FIG. 7 is a diagram illustrating denying transmission of Bluetooth data to reduce interference between data from a plurality of protocols, similar to the diagram from FIG. 6. As illustrated in the nonlimiting example of FIG. 7, in an effort to reduce the interference achieved in FIG. 6, many current solutions temporarily prevent transmission of the Bluetooth data frame 306 b in order to complete transmission of the 802.11 data frame 602. However, oftentimes Bluetooth data 306 includes voice data and delaying transmission of this data may also cause quality issues with the communication.

FIG. 8 is a diagram illustrating delaying transmission of data to reduce interference between data from a plurality of protocols, similar to the diagram from FIG. 6. As illustrated in the nonlimiting example of FIG. 8, the PTA master component 208 may be configured to determine whether a Bluetooth data frame 306 is currently being transmitted, as illustrated with vertical line 804 a. However, in this nonlimiting example, the PTA master component 208 may be configured to determine a timing schedule of the Bluetooth data frames 306 such that the PTA master component can determine when the data frame 306 b will be begin transmission and, thus, when the data frame 306 b will end transmission. With this information, the communications device 104 can enter (or remain in) a sleep mode until the predicted time that the data frame 306 b will end transmission (e.g., a falling edge). A predetermined time after the data frame 306 b ends transmission (and/or slightly before the end of the transmission), the communications device 104 can enter a normal operation mode, begin transmission of the 802.11 data frame 602, and return to the sleep mode after transmission of the 802.11 data frame 602 is complete. In at least one nonlimiting example, the PTA master component 208 may be configured to postpone an 802.11 transmission when the 802.11 data will overlap with a Bluetooth slot.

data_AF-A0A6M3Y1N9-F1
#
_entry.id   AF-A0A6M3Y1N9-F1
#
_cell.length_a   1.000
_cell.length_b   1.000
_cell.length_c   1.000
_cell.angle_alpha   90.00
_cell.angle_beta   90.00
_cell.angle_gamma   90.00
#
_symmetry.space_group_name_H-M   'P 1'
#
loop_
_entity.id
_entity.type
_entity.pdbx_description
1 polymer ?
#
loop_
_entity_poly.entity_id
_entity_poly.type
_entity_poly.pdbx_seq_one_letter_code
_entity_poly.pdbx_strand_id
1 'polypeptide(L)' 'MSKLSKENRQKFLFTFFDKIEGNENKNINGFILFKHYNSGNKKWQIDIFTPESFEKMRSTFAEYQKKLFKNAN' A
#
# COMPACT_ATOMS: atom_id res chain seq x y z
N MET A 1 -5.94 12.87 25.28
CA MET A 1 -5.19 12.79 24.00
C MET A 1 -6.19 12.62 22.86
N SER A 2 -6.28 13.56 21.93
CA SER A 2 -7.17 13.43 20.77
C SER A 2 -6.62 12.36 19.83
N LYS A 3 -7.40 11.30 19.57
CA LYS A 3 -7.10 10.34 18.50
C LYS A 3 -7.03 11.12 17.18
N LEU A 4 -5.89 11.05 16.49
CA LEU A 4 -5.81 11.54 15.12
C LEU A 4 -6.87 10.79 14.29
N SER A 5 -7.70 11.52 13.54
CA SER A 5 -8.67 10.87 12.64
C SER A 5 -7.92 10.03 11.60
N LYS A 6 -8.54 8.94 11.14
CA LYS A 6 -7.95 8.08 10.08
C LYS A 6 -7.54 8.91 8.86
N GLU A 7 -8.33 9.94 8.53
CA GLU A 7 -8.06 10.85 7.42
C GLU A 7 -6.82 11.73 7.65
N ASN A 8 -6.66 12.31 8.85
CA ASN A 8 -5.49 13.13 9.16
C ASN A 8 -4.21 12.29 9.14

Because the PTA master component 208 determines the previously set timing schedule of the of the Bluetooth data frames 306, the communications device 104 can determine a time to transmit the 802.11 data 602 without interference from the Bluetooth data 306. Additionally, with this information, the communications device 104 can save power by entering a sleep mode until the determined time that transmission of the data frame 306 b will end.